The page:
Last day of Blind Dead Week here in the Swamp, so let's get down to business. This one may be a bit of a stretch: you have to squint a bit to convince yourself that's a Templar on the cover, and maybe some sort of ship's rigging, and though some of the songs obviously involve the undead, they're no lyric sheet so we can't be more specific. Oh well, it was either this or another Hooded Menace album, so humor me.

That said, we have another black metal thunderstorm here, suitably epic and magisterial, from crucial American band Judas Iscariot. You know the drill: whistling winds, blast beats, croaked cryptic vocals, bumblebee guitars - all of them of the highest caliber, the panache of their performance counterbalancing the lack of exotic ingredients. Charmingly they've left some tape errors remain on the tape rather than digitally correcting them, adding an extra layer of texture and character as well.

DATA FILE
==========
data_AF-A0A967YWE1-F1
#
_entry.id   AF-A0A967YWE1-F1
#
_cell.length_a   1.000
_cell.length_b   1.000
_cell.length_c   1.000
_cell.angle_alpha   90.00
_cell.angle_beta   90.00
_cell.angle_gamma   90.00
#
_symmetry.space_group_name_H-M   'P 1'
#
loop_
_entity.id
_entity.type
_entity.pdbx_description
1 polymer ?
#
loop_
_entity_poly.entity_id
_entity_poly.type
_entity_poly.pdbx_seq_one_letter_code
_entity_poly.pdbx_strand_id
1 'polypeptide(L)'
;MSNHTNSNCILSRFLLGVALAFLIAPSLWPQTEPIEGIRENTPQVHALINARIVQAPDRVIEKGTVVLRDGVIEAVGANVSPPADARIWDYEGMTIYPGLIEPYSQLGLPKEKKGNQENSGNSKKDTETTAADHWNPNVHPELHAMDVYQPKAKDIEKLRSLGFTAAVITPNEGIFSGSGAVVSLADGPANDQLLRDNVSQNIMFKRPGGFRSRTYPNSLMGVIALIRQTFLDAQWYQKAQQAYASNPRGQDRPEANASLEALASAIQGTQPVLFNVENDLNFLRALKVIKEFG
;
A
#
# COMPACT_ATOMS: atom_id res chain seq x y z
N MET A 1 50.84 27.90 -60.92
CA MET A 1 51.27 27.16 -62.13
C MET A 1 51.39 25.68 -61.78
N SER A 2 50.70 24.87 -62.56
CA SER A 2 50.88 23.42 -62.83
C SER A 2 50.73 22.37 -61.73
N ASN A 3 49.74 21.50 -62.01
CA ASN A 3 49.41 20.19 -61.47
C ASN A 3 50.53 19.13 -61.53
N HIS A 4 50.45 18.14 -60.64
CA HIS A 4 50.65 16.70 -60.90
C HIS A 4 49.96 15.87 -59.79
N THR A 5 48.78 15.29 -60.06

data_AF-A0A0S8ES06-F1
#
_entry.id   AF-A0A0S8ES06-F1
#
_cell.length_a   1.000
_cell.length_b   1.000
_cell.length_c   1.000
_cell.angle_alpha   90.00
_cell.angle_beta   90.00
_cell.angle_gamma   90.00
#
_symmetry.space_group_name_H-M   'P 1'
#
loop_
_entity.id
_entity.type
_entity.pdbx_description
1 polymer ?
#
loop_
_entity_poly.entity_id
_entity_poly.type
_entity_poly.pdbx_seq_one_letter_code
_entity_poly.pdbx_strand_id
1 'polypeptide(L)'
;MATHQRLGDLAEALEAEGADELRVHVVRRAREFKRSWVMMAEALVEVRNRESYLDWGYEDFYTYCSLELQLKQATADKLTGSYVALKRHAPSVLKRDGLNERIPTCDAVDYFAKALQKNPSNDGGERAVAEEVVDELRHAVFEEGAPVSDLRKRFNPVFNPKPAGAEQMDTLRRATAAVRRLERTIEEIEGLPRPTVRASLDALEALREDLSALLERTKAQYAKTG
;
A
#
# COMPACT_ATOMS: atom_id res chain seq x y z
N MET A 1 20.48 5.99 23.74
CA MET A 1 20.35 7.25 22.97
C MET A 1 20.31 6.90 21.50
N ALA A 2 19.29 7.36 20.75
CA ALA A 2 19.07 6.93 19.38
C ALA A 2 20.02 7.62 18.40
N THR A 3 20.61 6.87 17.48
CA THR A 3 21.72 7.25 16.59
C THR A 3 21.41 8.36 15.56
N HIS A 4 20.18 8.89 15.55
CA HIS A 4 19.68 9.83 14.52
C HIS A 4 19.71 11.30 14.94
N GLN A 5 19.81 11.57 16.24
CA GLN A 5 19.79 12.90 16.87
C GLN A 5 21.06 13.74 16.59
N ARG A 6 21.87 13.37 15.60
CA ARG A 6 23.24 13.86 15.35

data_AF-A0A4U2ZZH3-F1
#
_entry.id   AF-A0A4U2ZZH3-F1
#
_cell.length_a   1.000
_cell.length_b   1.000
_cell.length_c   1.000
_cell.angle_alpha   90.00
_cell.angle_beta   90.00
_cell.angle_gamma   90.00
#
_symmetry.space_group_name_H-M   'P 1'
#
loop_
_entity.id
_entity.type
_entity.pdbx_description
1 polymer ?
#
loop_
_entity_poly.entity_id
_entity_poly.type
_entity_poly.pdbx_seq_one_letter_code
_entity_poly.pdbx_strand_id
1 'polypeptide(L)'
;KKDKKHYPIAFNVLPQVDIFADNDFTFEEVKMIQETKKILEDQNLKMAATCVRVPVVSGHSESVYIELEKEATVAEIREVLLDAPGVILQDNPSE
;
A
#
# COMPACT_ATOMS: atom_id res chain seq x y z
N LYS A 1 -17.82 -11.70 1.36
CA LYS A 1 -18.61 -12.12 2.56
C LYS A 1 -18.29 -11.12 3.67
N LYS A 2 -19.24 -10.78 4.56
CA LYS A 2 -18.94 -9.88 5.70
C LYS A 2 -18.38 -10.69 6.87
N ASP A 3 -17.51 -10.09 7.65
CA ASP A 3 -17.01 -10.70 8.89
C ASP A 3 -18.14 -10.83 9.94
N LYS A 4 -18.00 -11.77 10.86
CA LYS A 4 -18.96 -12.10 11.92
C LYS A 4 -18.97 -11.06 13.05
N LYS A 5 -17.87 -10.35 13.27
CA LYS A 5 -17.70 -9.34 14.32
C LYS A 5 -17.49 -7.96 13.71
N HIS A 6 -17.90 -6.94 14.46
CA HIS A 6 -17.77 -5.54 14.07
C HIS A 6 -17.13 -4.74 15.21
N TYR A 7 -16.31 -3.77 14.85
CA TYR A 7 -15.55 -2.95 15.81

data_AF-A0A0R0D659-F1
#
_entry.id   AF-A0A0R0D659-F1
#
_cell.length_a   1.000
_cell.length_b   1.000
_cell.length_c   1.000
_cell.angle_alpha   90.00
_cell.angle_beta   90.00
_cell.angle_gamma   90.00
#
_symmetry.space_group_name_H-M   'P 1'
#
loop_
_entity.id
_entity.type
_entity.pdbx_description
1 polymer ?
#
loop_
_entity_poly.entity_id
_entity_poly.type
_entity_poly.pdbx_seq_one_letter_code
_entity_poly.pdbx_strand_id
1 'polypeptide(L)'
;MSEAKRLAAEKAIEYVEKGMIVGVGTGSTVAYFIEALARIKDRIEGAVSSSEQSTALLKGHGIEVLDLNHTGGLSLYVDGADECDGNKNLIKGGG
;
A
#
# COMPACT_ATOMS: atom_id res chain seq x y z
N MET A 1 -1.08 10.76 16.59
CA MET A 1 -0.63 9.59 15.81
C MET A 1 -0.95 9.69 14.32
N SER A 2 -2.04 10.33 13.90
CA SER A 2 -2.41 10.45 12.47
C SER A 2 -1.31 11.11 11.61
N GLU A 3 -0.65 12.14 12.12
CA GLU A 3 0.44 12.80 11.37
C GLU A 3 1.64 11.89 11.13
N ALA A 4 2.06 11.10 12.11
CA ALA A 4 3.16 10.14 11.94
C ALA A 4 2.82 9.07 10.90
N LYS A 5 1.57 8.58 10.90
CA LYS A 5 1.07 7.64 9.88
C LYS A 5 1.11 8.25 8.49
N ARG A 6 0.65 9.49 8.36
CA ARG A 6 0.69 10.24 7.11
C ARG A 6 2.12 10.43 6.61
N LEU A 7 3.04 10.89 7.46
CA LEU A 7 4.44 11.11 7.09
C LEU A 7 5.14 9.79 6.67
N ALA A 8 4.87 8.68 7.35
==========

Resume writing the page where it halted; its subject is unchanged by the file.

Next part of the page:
The Dead Burst Forth From Their Tombs

Friday, December 17, 2010

Uruk-Hai - Unholy Medieval Congregation

Another Spanish ensemble here, playing some raw and ragged black metal unburdened by progressivism or beauty. This is no-frills old school meat-and-potatoes blackness. Uruk-Hai's album from this year, "Archi Catedra Nigra Diaboli," explores similar themes (including the delightfully ESL "The Night of Skeletons Dead Monks") and is worth seeking out if you enjoy this, but I had to go with this one because of that cover.
Last day of Blind Dead Week is tomorrow; I'd better come up with something good, eh?
Under the Embrace of the Black Plague

Thursday, December 16, 2010

Buried at Sea - Ghost